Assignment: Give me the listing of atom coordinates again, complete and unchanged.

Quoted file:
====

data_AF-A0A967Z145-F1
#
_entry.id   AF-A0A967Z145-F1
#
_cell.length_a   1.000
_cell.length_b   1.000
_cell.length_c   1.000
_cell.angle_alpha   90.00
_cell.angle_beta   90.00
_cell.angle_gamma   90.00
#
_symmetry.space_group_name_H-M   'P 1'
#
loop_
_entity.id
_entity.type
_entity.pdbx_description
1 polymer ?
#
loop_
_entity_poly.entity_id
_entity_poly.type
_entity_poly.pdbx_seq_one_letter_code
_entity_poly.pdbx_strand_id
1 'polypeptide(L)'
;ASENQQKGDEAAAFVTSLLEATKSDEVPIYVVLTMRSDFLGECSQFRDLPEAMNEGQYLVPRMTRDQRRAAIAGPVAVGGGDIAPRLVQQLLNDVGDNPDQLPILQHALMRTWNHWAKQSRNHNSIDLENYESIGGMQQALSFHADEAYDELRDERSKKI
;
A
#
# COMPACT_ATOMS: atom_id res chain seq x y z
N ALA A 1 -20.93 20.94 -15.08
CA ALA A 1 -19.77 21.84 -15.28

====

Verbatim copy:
data_AF-A0A967Z145-F1
#
_entry.id   AF-A0A967Z145-F1
#
_cell.length_a   1.000
_cell.length_b   1.000
_cell.length_c   1.000
_cell.angle_alpha   90.00
_cell.angle_beta   90.00
_cell.angle_gamma   90.00
#
_symmetry.space_group_name_H-M   'P 1'
#
loop_
_entity.id
_entity.type
_entity.pdbx_description
1 polymer ?
#
loop_
_entity_poly.entity_id
_entity_poly.type
_entity_poly.pdbx_seq_one_letter_code
_entity_poly.pdbx_strand_id
1 'polypeptide(L)'
;ASENQQKGDEAAAFVTSLLEATKSDEVPIYVVLTMRSDFLGECSQFRDLPEAMNEGQYLVPRMTRDQRRAAIAGPVAVGGGDIAPRLVQQLLNDVGDNPDQLPILQHALMRTWNHWAKQSRNHNSIDLENYESIGGMQQALSFHADEAYDELRDERSKKI
;
A
#
# COMPACT_ATOMS: atom_id res chain seq x y z
N ALA A 1 -20.93 20.94 -15.08
CA ALA A 1 -19.77 21.84 -15.28